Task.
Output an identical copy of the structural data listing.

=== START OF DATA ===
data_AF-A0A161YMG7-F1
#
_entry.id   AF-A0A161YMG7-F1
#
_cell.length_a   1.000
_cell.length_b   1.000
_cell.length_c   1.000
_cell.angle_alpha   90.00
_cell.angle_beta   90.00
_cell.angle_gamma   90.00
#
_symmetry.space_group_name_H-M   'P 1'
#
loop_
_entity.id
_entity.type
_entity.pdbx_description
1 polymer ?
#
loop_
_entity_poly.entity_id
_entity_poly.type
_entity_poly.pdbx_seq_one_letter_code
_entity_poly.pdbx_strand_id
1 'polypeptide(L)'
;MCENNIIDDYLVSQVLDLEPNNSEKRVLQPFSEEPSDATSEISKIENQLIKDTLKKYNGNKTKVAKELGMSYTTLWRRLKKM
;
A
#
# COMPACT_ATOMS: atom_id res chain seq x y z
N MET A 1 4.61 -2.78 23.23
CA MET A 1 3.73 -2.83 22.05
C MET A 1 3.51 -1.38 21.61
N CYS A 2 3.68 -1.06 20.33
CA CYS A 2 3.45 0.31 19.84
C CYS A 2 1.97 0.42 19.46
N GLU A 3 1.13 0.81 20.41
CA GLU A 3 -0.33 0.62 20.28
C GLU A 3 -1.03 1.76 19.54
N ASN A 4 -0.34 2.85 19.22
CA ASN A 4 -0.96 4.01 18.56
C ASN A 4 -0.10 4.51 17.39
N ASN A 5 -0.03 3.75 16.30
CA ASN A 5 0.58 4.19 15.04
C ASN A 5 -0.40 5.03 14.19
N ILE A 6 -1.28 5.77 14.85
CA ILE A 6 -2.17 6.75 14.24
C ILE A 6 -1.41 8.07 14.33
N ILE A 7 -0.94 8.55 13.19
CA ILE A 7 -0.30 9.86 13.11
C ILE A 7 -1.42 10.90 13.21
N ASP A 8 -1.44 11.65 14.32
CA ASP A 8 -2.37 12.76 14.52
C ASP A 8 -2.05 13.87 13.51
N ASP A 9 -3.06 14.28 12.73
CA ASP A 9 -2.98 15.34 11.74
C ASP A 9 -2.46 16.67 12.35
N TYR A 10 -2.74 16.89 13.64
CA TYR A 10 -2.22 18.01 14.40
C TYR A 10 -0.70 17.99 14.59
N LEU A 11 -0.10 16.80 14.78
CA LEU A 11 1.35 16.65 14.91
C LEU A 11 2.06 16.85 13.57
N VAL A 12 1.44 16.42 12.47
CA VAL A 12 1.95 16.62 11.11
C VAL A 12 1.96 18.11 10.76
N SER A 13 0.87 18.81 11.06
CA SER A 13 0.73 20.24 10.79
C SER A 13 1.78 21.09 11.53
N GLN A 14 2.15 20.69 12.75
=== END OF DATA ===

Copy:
data_AF-A0A161YMG7-F1
#
_entry.id   AF-A0A161YMG7-F1
#
_cell.length_a   1.000
_cell.length_b   1.000
_cell.length_c   1.000
_cell.angle_alpha   90.00
_cell.angle_beta   90.00
_cell.angle_gamma   90.00
#
_symmetry.space_group_name_H-M   'P 1'
#
loop_
_entity.id
_entity.type
_entity.pdbx_description
1 polymer ?
#
loop_
_entity_poly.entity_id
_entity_poly.type
_entity_poly.pdbx_seq_one_letter_code
_entity_poly.pdbx_strand_id
1 'polypeptide(L)'
;MCENNIIDDYLVSQVLDLEPNNSEKRVLQPFSEEPSDATSEISKIENQLIKDTLKKYNGNKTKVAKELGMSYTTLWRRLKKM
;
A
#
# COMPACT_ATOMS: atom_id res chain seq x y z
N MET A 1 4.61 -2.78 23.23
CA MET A 1 3.73 -2.83 22.05
C MET A 1 3.51 -1.38 21.61
N CYS A 2 3.68 -1.06 20.33
CA CYS A 2 3.45 0.31 19.84
C CYS A 2 1.97 0.42 19.46
N GLU A 3 1.13 0.81 20.41
CA GLU A 3 -0.33 0.62 20.28
C GLU A 3 -1.03 1.76 19.54
N ASN A 4 -0.34 2.85 19.22
CA ASN A 4 -0.96 4.01 18.56
C ASN A 4 -0.10 4.51 17.39
N ASN A 5 -0.03 3.75 16.30
CA ASN A 5 0.58 4.19 15.04
C ASN A 5 -0.40 5.03 14.19
N ILE A 6 -1.28 5.77 14.85
CA ILE A 6 -2.17 6.75 14.24
C ILE A 6 -1.41 8.07 14.33
N ILE A 7 -0.94 8.55 13.19
CA ILE A 7 -0.30 9.86 13.11
C ILE A 7 -1.42 10.90 13.21
N ASP A 8 -1.44 11.65 14.32
CA ASP A 8 -2.37 12.76 14.52
C ASP A 8 -2.05 13.87 13.51
N ASP A 9 -3.06 14.28 12.73
CA ASP A 9 -2.98 15.34 11.74
C ASP A 9 -2.46 16.67 12.35
N TYR A 10 -2.74 16.89 13.64
CA TYR A 10 -2.22 18.01 14.40
C TYR A 10 -0.70 17.99 14.59
N LEU A 11 -0.10 16.80 14.78
CA LEU A 11 1.35 16.65 14.91
C LEU A 11 2.06 16.85 13.57
N VAL A 12 1.44 16.42 12.47
CA VAL A 12 1.95 16.62 11.11
C VAL A 12 1.96 18.11 10.76
N SER A 13 0.87 18.81 11.06
CA SER A 13 0.73 20.24 10.79
C SER A 13 1.78 21.09 11.53
N GLN A 14 2.15 20.69 12.75